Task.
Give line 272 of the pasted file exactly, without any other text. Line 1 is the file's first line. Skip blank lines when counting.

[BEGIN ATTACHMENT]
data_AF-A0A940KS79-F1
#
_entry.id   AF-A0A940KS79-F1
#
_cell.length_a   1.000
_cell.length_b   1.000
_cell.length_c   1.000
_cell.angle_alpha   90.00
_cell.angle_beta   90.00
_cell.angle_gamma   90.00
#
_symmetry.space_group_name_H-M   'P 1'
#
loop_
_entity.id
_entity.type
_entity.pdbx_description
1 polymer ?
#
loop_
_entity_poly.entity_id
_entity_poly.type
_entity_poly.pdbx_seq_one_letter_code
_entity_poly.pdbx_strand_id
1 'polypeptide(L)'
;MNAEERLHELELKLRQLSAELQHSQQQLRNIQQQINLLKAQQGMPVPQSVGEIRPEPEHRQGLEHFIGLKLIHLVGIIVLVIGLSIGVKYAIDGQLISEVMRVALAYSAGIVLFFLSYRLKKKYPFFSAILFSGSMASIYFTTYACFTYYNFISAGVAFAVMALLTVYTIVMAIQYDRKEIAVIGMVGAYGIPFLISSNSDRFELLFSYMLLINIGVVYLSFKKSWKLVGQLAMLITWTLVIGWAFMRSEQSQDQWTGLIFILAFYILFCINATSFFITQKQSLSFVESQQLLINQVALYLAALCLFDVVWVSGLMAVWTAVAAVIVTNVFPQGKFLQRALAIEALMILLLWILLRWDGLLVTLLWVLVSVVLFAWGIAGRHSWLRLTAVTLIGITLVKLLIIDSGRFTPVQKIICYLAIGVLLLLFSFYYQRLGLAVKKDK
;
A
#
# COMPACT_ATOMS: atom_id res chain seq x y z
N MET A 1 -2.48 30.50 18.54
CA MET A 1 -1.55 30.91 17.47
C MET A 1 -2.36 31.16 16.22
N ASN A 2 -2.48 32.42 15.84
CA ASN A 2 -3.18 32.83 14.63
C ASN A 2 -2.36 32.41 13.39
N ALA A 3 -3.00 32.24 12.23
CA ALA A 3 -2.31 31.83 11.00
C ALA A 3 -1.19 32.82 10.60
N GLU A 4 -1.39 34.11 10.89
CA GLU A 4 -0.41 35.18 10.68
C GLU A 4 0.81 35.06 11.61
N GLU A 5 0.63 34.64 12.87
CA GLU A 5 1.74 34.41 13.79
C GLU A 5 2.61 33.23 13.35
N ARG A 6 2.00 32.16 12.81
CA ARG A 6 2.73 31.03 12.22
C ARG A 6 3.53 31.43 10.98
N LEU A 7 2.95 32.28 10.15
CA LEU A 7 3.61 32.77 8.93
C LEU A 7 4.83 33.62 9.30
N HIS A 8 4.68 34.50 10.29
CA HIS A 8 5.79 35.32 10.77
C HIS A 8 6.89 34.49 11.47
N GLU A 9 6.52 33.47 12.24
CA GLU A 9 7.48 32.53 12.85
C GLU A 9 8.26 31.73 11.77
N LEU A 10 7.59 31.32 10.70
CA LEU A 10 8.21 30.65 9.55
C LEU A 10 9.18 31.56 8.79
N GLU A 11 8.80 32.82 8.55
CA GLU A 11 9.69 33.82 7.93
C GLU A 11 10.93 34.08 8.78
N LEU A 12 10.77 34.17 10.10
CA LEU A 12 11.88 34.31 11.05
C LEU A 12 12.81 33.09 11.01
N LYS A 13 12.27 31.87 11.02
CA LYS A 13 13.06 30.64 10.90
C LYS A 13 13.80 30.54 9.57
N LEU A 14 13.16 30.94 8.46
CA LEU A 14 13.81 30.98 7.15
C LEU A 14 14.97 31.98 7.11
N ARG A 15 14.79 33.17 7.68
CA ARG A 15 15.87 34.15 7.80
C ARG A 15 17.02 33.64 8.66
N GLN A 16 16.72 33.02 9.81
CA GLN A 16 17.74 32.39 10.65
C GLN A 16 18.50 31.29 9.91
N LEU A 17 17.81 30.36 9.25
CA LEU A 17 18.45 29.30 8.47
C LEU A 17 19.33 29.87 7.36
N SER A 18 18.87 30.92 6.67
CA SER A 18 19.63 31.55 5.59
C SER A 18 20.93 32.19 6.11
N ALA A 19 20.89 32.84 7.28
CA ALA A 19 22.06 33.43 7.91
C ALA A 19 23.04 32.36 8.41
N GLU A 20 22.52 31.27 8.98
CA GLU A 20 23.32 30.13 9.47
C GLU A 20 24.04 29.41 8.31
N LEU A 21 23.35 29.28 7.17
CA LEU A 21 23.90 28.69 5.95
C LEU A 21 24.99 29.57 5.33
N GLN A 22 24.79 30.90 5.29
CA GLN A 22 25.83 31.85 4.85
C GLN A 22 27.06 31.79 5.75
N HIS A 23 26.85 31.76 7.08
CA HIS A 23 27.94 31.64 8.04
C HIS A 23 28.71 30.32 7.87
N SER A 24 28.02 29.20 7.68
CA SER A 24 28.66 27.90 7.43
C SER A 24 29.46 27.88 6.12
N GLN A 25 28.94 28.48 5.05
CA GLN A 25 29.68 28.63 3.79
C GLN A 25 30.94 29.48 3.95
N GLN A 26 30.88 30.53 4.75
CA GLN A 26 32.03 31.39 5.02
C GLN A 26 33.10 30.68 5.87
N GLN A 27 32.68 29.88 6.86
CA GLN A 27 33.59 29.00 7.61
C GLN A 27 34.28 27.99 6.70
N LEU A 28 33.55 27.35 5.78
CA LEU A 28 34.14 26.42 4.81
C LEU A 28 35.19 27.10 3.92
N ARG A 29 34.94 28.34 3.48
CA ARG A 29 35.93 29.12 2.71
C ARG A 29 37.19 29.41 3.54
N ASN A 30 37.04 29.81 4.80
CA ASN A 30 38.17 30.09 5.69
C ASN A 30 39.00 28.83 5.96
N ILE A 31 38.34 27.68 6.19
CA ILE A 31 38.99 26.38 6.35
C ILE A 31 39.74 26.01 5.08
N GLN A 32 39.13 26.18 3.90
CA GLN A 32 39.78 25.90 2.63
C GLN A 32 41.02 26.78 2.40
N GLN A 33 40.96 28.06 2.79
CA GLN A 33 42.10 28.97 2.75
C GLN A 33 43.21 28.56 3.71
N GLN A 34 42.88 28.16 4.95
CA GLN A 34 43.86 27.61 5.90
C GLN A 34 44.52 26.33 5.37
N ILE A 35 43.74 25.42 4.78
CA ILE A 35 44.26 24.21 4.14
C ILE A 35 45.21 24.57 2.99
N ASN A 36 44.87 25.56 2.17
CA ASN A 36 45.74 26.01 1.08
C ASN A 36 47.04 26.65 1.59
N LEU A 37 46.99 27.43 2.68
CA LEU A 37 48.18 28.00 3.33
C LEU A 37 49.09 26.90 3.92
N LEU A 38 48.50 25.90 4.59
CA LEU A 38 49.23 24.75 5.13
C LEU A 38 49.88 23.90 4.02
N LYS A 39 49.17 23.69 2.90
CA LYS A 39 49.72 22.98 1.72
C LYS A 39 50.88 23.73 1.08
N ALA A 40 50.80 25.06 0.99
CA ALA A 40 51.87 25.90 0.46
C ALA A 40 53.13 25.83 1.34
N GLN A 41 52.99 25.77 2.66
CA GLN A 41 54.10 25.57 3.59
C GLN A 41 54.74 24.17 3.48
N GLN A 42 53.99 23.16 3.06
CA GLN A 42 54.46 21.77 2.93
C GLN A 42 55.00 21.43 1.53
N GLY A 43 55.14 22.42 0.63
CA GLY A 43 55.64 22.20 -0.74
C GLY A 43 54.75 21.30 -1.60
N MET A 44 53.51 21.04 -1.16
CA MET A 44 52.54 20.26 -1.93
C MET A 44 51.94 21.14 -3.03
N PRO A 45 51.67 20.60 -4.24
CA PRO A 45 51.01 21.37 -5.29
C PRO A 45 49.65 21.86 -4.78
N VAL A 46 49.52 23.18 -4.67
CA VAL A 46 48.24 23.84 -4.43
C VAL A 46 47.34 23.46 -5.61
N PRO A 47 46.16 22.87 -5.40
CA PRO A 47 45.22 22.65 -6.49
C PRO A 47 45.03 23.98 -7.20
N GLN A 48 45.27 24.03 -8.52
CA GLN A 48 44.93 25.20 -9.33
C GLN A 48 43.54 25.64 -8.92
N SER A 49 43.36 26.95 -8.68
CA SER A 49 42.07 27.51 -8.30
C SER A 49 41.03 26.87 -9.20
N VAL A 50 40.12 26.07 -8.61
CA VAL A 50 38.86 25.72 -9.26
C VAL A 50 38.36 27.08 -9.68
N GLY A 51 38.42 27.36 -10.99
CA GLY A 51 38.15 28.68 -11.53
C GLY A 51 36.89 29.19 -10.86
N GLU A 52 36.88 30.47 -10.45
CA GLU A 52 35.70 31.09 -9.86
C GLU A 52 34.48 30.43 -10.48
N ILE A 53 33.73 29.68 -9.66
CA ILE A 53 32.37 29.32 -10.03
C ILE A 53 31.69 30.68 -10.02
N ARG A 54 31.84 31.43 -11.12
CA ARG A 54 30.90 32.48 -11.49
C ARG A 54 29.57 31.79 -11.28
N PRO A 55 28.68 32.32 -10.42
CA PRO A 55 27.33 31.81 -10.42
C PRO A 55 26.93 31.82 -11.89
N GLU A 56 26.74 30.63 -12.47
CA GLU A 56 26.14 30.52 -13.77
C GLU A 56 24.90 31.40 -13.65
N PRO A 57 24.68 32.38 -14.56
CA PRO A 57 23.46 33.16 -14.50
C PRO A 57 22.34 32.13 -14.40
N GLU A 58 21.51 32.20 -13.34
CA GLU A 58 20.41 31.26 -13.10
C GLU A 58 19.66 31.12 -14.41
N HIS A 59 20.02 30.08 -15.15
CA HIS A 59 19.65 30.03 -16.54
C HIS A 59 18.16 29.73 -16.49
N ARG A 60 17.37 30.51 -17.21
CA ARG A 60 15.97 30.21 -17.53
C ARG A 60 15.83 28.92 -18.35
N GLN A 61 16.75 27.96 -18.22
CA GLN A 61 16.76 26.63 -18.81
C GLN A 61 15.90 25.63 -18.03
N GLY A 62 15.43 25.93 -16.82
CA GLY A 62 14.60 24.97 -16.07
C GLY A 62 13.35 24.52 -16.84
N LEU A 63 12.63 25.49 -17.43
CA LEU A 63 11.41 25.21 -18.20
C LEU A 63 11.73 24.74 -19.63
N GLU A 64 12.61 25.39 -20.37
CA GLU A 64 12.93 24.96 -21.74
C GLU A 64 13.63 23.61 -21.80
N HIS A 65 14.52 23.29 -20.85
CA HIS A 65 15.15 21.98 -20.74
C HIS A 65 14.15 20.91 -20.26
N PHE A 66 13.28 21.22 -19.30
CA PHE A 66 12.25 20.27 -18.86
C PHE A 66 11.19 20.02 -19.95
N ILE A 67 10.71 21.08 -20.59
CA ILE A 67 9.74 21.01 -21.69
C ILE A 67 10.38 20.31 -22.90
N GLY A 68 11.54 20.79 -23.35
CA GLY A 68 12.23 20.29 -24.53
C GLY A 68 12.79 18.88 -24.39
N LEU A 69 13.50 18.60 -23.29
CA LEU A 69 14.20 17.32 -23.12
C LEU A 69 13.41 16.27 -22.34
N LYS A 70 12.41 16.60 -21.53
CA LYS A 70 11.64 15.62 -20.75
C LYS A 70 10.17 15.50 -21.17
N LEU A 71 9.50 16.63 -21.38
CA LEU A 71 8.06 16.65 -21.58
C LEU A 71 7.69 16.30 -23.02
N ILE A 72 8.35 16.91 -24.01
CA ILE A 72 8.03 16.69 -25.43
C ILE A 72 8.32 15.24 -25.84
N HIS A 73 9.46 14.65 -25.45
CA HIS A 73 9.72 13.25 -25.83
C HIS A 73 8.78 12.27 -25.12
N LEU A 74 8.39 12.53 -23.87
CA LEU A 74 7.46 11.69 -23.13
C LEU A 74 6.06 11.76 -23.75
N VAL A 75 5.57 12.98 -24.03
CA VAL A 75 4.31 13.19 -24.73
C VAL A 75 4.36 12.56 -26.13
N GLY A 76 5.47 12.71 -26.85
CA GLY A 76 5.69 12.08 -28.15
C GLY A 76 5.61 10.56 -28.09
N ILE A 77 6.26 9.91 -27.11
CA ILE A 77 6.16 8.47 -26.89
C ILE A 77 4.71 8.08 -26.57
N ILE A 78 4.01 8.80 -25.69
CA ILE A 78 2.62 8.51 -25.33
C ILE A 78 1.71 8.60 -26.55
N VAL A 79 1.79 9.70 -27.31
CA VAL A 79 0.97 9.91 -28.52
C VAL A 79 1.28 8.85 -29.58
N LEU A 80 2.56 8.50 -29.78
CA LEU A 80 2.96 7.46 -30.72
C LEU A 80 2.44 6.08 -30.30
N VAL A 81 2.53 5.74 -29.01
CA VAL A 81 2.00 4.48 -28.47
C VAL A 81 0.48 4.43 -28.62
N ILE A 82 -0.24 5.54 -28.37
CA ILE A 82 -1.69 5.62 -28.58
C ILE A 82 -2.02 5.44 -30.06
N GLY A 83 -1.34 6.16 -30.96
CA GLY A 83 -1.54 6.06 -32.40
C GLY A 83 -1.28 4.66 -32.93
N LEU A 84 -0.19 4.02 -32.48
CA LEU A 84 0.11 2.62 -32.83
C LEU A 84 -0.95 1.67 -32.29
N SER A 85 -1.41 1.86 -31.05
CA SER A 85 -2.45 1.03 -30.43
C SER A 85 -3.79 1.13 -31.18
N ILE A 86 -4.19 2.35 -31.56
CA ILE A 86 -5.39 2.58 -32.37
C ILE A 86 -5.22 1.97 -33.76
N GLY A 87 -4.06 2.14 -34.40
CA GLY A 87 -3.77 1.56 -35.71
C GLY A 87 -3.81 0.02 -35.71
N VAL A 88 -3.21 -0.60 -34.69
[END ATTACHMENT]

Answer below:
CA VAL A 81 2.00 4.48 -28.47